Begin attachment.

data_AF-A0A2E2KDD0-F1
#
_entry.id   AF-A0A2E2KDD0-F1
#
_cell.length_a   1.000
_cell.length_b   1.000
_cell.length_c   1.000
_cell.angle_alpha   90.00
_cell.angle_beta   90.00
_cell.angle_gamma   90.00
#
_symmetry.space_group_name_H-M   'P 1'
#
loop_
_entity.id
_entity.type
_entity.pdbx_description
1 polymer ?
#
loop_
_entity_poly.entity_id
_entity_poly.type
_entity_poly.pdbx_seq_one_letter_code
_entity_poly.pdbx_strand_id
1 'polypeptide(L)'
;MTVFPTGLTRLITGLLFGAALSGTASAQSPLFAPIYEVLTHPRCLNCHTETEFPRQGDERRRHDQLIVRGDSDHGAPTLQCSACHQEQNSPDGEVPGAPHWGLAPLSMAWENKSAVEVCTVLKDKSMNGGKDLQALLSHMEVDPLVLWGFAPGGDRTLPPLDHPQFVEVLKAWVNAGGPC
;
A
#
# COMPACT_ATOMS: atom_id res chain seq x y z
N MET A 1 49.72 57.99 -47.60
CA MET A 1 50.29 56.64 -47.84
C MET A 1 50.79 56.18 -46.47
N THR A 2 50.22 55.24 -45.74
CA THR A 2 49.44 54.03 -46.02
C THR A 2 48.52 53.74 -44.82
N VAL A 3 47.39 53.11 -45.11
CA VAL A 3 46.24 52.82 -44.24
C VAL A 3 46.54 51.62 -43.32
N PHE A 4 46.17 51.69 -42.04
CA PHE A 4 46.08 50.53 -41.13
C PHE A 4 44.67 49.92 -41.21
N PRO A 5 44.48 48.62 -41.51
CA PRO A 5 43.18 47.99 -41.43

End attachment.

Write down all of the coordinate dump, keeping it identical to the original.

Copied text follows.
data_AF-A0A2E2KDD0-F1
#
_entry.id   AF-A0A2E2KDD0-F1
#
_cell.length_a   1.000
_cell.length_b   1.000
_cell.length_c   1.000
_cell.angle_alpha   90.00
_cell.angle_beta   90.00
_cell.angle_gamma   90.00
#
_symmetry.space_group_name_H-M   'P 1'
#
loop_
_entity.id
_entity.type
_entity.pdbx_description
1 polymer ?
#
loop_
_entity_poly.entity_id
_entity_poly.type
_entity_poly.pdbx_seq_one_letter_code
_entity_poly.pdbx_strand_id
1 'polypeptide(L)'
;MTVFPTGLTRLITGLLFGAALSGTASAQSPLFAPIYEVLTHPRCLNCHTETEFPRQGDERRRHDQLIVRGDSDHGAPTLQCSACHQEQNSPDGEVPGAPHWGLAPLSMAWENKSAVEVCTVLKDKSMNGGKDLQALLSHMEVDPLVLWGFAPGGDRTLPPLDHPQFVEVLKAWVNAGGPC
;
A
#
# COMPACT_ATOMS: atom_id res chain seq x y z
N MET A 1 49.72 57.99 -47.60
CA MET A 1 50.29 56.64 -47.84
C MET A 1 50.79 56.18 -46.47
N THR A 2 50.22 55.24 -45.74
CA THR A 2 49.44 54.03 -46.02
C THR A 2 48.52 53.74 -44.82
N VAL A 3 47.39 53.11 -45.11
CA VAL A 3 46.24 52.82 -44.24
C VAL A 3 46.54 51.62 -43.32
N PHE A 4 46.17 51.69 -42.04
CA PHE A 4 46.08 50.53 -41.13
C PHE A 4 44.67 49.92 -41.21
N PRO A 5 44.48 48.62 -41.51
CA PRO A 5 43.18 47.99 -41.43